Saturday, July 18, 2009

There is no Place Like Home, Part 4

As hopeless as the contest seems, there is no search involved that we know of. The salmon find their particular, "door" easily, and sail into the estuary they left some years before. In a reverse process they pause long enough to condition themselves to the freshwater and then, as if on some vital time table, thunder onward for the moment of spawning.

In between the estuary and the spawning place a salmon might be confronted with many life threatening barriers. The wrenching, repeated leaps up a dam's, "steps" leaves many torn and battered at the bottom. their particular stream may not even be where it was when they left. It may have been diverted by, or for, a commercial undertaking. (Although this isn't apt to happen much as many individuals and agencies have taken a stand in protecting the fate of the salmon.) Worse yet, the waterway may not be there at all...only a bog of mud where over-logging has been done.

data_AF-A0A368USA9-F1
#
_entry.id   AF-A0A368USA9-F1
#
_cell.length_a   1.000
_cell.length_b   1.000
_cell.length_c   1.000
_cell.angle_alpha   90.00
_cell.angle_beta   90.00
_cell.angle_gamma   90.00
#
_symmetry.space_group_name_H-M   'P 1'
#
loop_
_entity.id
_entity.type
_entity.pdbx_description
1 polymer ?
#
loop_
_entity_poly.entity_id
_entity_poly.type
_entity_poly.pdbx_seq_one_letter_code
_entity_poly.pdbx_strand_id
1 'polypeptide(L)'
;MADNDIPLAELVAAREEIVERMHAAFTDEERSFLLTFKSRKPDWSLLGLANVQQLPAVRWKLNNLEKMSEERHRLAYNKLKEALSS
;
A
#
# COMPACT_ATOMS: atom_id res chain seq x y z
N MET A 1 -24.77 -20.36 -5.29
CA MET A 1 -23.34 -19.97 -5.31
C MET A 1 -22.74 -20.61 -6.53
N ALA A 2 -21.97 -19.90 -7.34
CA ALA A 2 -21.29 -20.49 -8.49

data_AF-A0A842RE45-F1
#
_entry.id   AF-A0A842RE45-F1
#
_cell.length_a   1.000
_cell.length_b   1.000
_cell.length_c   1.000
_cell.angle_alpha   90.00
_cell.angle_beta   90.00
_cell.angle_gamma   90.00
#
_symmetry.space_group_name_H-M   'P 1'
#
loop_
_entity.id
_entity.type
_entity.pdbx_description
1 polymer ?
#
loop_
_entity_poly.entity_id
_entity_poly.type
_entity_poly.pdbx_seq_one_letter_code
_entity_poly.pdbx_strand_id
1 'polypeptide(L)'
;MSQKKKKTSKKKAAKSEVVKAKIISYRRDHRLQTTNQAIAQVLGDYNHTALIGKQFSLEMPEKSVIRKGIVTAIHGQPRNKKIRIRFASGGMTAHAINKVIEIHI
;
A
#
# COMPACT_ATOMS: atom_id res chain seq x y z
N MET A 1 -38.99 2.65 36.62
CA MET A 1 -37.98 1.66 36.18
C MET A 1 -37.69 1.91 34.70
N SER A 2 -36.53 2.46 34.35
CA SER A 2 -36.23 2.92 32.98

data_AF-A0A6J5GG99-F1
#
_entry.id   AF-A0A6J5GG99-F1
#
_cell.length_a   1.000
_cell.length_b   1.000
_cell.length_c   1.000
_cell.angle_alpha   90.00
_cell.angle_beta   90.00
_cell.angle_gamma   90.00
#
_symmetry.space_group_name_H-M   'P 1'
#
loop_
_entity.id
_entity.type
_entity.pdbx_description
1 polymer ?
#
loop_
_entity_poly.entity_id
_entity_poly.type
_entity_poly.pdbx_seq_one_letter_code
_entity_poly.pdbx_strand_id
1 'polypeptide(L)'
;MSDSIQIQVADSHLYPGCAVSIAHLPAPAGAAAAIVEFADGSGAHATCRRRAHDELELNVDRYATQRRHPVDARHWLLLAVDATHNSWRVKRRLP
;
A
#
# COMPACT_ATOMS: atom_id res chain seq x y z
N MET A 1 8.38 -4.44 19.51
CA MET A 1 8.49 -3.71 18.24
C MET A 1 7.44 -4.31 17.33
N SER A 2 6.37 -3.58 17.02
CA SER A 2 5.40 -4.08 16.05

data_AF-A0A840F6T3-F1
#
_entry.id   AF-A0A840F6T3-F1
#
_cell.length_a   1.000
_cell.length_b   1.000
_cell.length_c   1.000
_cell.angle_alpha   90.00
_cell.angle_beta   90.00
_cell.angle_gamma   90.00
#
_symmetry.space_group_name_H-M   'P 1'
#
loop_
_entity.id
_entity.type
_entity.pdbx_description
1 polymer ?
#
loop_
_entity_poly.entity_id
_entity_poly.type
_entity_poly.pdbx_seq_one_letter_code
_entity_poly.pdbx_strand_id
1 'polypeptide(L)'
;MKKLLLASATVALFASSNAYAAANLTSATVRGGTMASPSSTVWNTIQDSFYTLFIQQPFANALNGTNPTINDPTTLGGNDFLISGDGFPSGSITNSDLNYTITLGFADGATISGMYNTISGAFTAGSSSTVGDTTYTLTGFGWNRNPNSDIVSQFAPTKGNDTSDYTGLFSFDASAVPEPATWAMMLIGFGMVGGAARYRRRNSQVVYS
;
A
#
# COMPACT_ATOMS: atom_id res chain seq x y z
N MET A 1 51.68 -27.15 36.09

Happily, there are always those fish who win the prize, those who reach the pinnacle of a salmon's life. There time has been spent in adding assets, swirling in deadly beauty and guided by a Creator-driven purpose.

A worn-out mother salmon prepares a gravel nest--called a "redd"--and one or more large males join her and ferilize each group of eggs she deposits. When spawning is finished the gentle water laps a sandbar; the sunset blazes one last time, and the adult Oncorhyncus close their eyes.

In 60 days the eggs will hatch and the story repeats.

There really IS no place like home.

Note* This was written with no claim to a scientific background, however the facts are correct as far as I know them, and the salmon are amazing.
What a Creator we have.

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